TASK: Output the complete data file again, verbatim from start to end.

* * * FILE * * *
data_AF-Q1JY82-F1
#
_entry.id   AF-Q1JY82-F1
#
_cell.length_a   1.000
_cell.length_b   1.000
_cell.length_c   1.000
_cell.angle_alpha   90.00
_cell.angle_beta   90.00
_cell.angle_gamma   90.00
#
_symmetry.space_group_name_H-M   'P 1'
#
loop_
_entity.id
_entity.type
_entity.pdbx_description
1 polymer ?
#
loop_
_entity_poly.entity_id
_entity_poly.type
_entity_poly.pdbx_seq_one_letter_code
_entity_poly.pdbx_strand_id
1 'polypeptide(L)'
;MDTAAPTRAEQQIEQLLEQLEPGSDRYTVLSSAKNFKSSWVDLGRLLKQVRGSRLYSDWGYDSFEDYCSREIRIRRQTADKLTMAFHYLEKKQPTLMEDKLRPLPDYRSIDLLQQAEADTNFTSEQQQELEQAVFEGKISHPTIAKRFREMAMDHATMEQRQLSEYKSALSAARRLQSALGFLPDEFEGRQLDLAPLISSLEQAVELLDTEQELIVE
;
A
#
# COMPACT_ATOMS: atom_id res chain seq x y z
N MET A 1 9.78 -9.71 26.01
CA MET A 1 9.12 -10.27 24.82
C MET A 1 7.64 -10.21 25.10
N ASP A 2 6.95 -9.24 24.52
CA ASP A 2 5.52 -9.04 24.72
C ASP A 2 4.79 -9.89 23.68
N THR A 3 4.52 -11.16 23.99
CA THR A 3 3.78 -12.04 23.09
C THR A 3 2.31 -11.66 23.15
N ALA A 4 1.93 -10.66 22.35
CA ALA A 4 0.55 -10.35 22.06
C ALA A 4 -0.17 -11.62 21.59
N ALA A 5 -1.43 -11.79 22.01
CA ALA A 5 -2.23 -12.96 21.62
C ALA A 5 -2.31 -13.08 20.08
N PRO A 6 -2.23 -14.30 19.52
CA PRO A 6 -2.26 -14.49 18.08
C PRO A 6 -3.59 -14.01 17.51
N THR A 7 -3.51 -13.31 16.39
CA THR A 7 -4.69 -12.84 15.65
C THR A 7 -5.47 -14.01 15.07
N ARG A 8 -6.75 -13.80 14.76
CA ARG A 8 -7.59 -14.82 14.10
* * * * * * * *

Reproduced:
data_AF-Q1JY82-F1
#
_entry.id   AF-Q1JY82-F1
#
_cell.length_a   1.000
_cell.length_b   1.000
_cell.length_c   1.000
_cell.angle_alpha   90.00
_cell.angle_beta   90.00
_cell.angle_gamma   90.00
#
_symmetry.space_group_name_H-M   'P 1'
#
loop_
_entity.id
_entity.type
_entity.pdbx_description
1 polymer ?
#
loop_
_entity_poly.entity_id
_entity_poly.type
_entity_poly.pdbx_seq_one_letter_code
_entity_poly.pdbx_strand_id
1 'polypeptide(L)'
;MDTAAPTRAEQQIEQLLEQLEPGSDRYTVLSSAKNFKSSWVDLGRLLKQVRGSRLYSDWGYDSFEDYCSREIRIRRQTADKLTMAFHYLEKKQPTLMEDKLRPLPDYRSIDLLQQAEADTNFTSEQQQELEQAVFEGKISHPTIAKRFREMAMDHATMEQRQLSEYKSALSAARRLQSALGFLPDEFEGRQLDLAPLISSLEQAVELLDTEQELIVE
;
A
#
# COMPACT_ATOMS: atom_id res chain seq x y z
N MET A 1 9.78 -9.71 26.01
CA MET A 1 9.12 -10.27 24.82
C MET A 1 7.64 -10.21 25.10
N ASP A 2 6.95 -9.24 24.52
CA ASP A 2 5.52 -9.04 24.72
C ASP A 2 4.79 -9.89 23.68
N THR A 3 4.52 -11.16 23.99
CA THR A 3 3.78 -12.04 23.09
C THR A 3 2.31 -11.66 23.15
N ALA A 4 1.93 -10.66 22.35
CA ALA A 4 0.55 -10.35 22.06
C ALA A 4 -0.17 -11.62 21.59
N ALA A 5 -1.43 -11.79 22.01
CA ALA A 5 -2.23 -12.96 21.62
C ALA A 5 -2.31 -13.08 20.08
N PRO A 6 -2.23 -14.30 19.52
CA PRO A 6 -2.26 -14.49 18.08
C PRO A 6 -3.59 -14.01 17.51
N THR A 7 -3.51 -13.31 16.39
CA THR A 7 -4.69 -12.84 15.65
C THR A 7 -5.47 -14.01 15.07
N ARG A 8 -6.75 -13.80 14.76
CA ARG A 8 -7.59 -14.82 14.10